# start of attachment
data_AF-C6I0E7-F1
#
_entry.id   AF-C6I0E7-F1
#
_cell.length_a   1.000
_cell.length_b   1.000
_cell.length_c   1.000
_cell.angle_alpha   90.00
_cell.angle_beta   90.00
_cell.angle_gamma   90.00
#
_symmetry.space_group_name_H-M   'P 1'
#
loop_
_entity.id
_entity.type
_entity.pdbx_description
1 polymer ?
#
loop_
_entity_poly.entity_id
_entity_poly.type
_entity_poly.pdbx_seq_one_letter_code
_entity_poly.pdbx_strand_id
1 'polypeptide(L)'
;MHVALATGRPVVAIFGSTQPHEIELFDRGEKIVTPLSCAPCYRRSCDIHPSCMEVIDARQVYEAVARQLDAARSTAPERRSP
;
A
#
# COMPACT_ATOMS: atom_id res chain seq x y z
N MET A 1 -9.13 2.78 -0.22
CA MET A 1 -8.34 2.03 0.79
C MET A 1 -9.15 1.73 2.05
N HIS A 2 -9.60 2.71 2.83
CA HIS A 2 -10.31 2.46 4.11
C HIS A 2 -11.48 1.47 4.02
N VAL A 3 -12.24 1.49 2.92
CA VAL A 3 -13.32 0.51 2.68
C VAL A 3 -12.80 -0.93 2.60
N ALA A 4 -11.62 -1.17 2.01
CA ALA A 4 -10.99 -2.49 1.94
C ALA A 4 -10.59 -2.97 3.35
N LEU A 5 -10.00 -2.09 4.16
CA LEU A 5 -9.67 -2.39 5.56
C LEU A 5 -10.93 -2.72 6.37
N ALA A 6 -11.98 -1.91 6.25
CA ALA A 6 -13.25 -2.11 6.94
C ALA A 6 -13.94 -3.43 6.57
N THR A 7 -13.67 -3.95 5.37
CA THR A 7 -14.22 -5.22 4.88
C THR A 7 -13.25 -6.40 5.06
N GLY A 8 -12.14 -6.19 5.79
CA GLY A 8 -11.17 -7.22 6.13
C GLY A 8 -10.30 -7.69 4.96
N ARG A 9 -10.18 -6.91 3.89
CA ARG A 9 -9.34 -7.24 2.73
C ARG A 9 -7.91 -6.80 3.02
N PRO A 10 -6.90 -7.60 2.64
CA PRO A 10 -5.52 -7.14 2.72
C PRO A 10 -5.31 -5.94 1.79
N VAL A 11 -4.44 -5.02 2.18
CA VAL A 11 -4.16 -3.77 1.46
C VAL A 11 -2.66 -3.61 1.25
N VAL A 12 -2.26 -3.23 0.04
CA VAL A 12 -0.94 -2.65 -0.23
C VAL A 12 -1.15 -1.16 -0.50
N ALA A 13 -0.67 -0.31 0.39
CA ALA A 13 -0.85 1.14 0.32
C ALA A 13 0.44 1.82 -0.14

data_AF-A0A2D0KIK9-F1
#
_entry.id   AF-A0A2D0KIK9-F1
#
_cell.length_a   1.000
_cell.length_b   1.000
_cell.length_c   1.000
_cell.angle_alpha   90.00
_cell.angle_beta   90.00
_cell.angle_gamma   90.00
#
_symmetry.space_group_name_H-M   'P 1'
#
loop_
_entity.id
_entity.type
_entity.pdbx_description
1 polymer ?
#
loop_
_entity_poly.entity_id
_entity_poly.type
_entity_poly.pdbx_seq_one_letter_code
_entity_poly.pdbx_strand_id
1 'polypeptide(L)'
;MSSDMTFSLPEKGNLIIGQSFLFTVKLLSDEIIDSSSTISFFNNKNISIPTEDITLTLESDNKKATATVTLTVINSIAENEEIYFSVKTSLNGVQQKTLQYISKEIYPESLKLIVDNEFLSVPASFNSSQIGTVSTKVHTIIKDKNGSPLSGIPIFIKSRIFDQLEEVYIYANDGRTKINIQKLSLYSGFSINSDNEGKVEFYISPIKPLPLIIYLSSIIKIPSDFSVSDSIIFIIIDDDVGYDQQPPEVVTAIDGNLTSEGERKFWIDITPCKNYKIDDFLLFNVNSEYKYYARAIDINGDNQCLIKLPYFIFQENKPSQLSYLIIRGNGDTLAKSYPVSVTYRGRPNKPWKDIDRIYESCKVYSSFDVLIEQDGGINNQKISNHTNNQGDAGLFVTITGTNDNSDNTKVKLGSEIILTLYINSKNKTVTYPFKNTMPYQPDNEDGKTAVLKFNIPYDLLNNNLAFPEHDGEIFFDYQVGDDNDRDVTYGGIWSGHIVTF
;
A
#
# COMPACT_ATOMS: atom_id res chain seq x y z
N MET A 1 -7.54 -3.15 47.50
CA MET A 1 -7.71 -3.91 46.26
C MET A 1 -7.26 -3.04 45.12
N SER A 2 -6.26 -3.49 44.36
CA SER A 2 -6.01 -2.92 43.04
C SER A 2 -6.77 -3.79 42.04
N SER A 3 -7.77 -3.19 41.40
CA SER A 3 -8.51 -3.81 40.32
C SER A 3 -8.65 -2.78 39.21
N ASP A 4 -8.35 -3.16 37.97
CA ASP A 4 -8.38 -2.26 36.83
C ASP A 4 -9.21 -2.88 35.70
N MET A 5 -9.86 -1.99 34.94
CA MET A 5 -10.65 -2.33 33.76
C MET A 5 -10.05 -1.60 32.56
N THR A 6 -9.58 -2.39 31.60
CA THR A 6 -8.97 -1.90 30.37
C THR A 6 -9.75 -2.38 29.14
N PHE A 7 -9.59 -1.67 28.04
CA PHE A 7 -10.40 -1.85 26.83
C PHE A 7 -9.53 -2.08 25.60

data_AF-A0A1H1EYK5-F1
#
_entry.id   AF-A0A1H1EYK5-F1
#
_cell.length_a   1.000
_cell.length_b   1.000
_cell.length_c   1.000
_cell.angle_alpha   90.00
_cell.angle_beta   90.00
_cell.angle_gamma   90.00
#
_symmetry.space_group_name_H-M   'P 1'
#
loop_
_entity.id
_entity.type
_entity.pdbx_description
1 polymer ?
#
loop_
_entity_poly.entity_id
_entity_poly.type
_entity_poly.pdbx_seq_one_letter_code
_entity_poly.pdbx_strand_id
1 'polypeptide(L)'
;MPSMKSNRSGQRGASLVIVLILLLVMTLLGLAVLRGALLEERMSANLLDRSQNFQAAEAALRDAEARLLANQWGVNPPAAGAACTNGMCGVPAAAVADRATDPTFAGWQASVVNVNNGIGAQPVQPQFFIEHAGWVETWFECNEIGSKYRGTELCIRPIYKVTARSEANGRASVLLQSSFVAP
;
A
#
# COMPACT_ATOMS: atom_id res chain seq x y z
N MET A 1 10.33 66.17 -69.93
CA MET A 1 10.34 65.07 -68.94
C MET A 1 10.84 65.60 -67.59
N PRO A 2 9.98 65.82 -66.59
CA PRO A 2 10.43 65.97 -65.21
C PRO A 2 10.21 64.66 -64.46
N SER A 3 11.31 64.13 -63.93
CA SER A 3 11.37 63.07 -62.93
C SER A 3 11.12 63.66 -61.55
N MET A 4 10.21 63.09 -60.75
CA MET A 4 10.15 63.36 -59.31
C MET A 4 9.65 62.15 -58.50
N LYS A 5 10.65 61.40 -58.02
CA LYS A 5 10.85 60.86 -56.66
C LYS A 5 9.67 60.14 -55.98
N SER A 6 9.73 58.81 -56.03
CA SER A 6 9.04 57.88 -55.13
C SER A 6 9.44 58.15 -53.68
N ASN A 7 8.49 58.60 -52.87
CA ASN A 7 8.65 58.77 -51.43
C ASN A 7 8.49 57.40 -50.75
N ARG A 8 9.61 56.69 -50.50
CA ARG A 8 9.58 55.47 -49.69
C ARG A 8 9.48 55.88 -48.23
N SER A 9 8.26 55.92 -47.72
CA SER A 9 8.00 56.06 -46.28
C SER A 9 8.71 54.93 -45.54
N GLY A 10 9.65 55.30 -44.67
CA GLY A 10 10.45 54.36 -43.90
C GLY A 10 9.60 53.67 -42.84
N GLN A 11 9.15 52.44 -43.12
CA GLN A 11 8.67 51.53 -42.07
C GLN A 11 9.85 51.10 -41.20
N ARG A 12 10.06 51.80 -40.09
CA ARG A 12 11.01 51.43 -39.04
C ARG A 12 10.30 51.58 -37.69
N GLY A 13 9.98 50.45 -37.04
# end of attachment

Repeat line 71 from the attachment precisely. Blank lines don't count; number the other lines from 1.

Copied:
#